Finance Finance News Crocs sues Australian retail giant over knock-off foam clogs

Crocs sues Australian retail giant over knock-off foam clogs

Crocs Australia
Crocs Australia is suing Mosaic Brands for allegedly selling illegal imitations of its famous foam clogs. Photo: Getty
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One of Australia’s largest clothing retailers is facing a multimillion-dollar lawsuit over claims it has been selling illegal imitations of Crocs to shoppers.

Crocs Inc, the eponymous company behind the infamous foam clogs, is suing Mosaic Brands – owner of Noni-B and Rivers – over claims it broke consumer laws by selling shoes “substantially identical” to Crocs.

US-based Crocs Inc licenses its global trademarks over its shoes to Crocs Australia, which has been operating locally since 2005 and has its own online shop.

It is alleged Mosaic infringed Crocs Inc trademarks by knowingly selling  knock-off shoes through its Rivers stores and e-commerce website.

But Mosaic has hit back, telling The New Daily it will contest the case.

“We believe this claim is without merit and we will be defending it,” a spokesperson for the retailer said in a statement on Thursday.

Crocs legal offensive

Trademark Lawyer Nicole Murdoch said Mosaic will likely argue Crocs’ trademarks are invalid because shoppers have started viewing the clogs as descriptive of a type of shoe rather than just a brand name.

This is a crucial distinction known as trademark dilution and it sets the stage for a court to consider whether Crocs are now generic in Australia.

Ms Murdoch said this could leave Crocs’ local trademark unenforceable.

“Sometimes companies become victims of their own success,” she said.

“They’re so famous that people start to associate the actual function and product time with the name of the product.”

This is clearly something Colorado-based Crocs Inc is worried about.

The company is currently undertaking a global legal offensive to protect its brand, suing retail giants like Walmart and Hobby Lobby in the US recently over claims “fake” Crocs are being sold around the world.

In a statement last month, Crocs executive Daniel Hart said “forceful steps” are being taken to protect the company’s intellectual property.

“It is essential that we protect Crocs’ iconic DNA, and we will not tolerate the infringement of our rights or those who try to free ride,” he said.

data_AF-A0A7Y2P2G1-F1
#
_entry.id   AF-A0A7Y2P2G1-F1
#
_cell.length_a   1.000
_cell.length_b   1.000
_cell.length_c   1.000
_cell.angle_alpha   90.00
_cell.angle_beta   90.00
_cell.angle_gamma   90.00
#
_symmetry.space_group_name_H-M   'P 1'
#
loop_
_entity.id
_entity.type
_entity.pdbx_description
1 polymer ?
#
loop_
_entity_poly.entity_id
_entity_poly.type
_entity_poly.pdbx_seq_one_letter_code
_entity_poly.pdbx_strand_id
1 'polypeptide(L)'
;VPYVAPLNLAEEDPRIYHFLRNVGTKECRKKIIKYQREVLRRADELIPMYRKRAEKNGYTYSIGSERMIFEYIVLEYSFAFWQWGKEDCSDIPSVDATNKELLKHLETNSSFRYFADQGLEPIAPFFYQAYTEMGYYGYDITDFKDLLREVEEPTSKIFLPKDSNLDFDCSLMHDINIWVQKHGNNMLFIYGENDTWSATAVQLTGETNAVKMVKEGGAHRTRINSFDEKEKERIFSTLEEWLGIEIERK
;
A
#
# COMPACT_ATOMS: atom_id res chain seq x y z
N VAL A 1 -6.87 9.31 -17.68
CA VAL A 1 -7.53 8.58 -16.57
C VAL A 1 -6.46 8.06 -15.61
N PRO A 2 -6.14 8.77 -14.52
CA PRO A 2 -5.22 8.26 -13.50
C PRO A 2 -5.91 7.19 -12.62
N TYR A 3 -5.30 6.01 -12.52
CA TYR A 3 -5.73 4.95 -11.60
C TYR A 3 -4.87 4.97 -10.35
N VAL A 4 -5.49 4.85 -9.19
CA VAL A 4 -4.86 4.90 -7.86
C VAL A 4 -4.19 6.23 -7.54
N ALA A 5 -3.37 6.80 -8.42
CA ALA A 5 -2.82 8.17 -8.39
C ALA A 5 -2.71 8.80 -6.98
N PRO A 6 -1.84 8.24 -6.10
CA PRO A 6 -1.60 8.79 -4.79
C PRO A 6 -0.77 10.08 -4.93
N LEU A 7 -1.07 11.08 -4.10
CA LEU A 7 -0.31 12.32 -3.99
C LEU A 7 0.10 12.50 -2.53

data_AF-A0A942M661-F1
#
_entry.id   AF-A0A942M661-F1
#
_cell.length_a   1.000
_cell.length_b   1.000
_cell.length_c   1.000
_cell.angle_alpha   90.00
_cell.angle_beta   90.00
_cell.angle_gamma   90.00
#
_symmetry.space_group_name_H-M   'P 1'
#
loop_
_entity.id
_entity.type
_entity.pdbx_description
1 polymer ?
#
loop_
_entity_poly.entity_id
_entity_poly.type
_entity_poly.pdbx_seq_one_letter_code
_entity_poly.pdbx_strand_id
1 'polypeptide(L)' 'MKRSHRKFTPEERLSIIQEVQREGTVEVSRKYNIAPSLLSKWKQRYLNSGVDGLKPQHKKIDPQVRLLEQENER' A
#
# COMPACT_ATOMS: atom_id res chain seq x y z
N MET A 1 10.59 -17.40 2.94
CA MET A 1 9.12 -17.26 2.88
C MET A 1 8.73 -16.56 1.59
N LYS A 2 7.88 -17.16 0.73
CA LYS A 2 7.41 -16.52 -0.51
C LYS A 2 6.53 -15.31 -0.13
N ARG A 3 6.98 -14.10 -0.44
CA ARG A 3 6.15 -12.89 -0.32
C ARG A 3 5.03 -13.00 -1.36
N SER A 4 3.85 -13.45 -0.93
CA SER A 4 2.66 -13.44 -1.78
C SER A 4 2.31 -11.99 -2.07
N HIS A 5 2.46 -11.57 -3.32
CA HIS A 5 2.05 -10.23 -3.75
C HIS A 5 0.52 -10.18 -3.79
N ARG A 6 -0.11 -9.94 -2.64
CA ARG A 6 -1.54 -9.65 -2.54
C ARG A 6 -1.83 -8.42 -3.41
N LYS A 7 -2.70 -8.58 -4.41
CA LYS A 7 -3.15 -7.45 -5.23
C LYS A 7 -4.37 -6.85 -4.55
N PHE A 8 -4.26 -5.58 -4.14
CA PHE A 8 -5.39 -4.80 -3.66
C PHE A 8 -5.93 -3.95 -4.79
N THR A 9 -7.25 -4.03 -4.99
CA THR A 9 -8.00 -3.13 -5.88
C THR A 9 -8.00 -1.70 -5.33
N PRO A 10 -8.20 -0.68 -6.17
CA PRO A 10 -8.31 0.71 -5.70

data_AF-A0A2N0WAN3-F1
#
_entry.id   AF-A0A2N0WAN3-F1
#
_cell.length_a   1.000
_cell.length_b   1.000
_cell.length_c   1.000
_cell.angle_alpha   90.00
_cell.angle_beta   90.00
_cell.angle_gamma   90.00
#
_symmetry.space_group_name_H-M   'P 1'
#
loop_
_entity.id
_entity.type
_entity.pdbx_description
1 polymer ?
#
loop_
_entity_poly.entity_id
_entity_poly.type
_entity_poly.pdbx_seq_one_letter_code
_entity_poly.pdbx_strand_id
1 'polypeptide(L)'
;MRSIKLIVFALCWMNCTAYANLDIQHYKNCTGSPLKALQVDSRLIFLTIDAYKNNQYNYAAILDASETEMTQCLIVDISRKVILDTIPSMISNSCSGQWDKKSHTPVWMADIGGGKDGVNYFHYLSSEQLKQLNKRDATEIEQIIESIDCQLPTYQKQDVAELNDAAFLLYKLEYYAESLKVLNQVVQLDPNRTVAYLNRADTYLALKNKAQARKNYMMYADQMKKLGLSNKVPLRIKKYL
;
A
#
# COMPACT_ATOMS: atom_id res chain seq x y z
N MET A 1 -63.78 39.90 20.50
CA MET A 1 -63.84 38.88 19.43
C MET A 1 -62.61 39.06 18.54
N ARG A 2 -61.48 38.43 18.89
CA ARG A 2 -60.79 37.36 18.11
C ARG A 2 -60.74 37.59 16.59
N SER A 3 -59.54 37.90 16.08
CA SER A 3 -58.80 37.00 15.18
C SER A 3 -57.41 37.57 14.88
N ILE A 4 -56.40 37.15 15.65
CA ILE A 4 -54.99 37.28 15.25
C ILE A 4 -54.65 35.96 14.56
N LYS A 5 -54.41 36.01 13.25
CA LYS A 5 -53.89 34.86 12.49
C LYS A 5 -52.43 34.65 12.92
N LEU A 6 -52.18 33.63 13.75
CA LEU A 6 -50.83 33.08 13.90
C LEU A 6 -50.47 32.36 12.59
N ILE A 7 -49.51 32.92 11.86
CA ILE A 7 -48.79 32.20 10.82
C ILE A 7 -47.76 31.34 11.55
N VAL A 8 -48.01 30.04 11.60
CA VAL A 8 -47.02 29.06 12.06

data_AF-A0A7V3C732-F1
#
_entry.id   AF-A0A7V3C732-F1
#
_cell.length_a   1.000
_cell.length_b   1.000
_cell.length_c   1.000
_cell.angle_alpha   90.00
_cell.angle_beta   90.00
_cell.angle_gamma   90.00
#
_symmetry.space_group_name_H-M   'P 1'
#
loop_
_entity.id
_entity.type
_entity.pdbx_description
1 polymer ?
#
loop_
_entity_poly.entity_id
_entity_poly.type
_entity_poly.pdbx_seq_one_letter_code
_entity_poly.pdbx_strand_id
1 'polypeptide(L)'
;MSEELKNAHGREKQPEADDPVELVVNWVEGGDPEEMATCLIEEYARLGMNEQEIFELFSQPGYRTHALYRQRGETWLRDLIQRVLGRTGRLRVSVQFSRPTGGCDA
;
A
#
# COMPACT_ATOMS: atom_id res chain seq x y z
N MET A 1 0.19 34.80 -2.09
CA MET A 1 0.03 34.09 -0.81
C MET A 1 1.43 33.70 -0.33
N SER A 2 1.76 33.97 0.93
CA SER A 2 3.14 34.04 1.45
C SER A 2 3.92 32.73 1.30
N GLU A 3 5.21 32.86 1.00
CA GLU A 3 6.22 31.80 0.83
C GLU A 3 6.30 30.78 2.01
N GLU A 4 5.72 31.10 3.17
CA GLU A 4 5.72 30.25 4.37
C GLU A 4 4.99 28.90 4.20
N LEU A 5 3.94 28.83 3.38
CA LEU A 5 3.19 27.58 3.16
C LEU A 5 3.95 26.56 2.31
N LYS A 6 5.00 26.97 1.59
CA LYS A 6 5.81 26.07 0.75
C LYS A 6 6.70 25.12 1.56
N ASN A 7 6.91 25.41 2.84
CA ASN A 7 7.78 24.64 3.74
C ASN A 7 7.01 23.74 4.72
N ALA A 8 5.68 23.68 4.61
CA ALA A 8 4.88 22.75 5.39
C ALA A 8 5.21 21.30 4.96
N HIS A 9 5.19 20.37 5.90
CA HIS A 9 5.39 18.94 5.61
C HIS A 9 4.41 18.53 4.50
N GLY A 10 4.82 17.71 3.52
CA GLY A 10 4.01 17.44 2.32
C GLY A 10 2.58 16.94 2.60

A battle between Crocs and Rivers

In the latest case, Crocs Inc wants Mosaic Brands to pay damages and an additional fine over alleged breaches of Australian consumer law, according to Federal Court filings seen by The New Daily on Thursday.

Lawyers for Crocs Inc claimed the business has lost profits and suffered damage to its intellectual property as a result of Rivers’ foam clogs.

They claimed Mosaic sold shoes with reference to the “classic Crocs shape” and advertised them on popular websites such as

“The respondent [Mosaic] has described the infringing goods as having a ‘classic clog design’ knowing the applicants [Crocs Inc] call the classic croc footwear ‘classic clog’,” lawyers claimed in the NSW Federal Court.

This breached two trademarks granted to Crocs in 2017, lawyers said.

Crocs’ shoes (top) and Rivers’ shoes (bottom). Photo: TND

Crocs Inc said it warned Mosaic to stop selling the clogs before suing.

But Mosaic continues to sell the allegedly illegal shoes and uses a Rivers logo on the heel strap, referring to them as “Rivers Clogs”.

In a second claim in the lawsuit, Crocs Inc alleges Mosaic used the term “crocs” to describe the shoes in its stores and online, breaching a 2003 trademark.

Lawyers for the US company also lodged a third claim, saying Mosaic has sold the Rivers clogs alongside its “genuine” Crocs clogs.

“The infringing goods have been advertised, promoted and offered for sale, sold side by side with genuine Classic Crocs footwear and other  genuine goods,” lawyers for Crocs Inc alleged in court documents.

They claimed this was a breach of consumer law because consumers thought Rivers’ shoes were all genuine Crocs when some were not.

“The respondent [Mosaic] has engaged in conduct that is misleading or deceptive or is likely to mislead or deceive,” the lawyers alleged.

Ms Murdoch, principal at Eaglegate Lawyers, said Mosaic will also likely contest the idea that its clogs meet the bar for trademark infringement.

“The shoes look quite similar to the Crocs trademark. The debate will be whether they are deceptively similar or substantially identical,” she said.

Mosaic operates more than 1000 retail stores and sells more than $600 million of clothing, accessories and shoes each year in Australia.

Crocs has more than 400 stores worldwide and booked $US1.38 billion ($1.9 billion) in sales during 2020, including through hundreds of Australian retailers.

The case is just the latest legal stoush for Mosaic Brands, which was fined $630,000 earlier this year after the Federal Court concluded it sold dodgy face masks and hand sanitiser during the pandemic.

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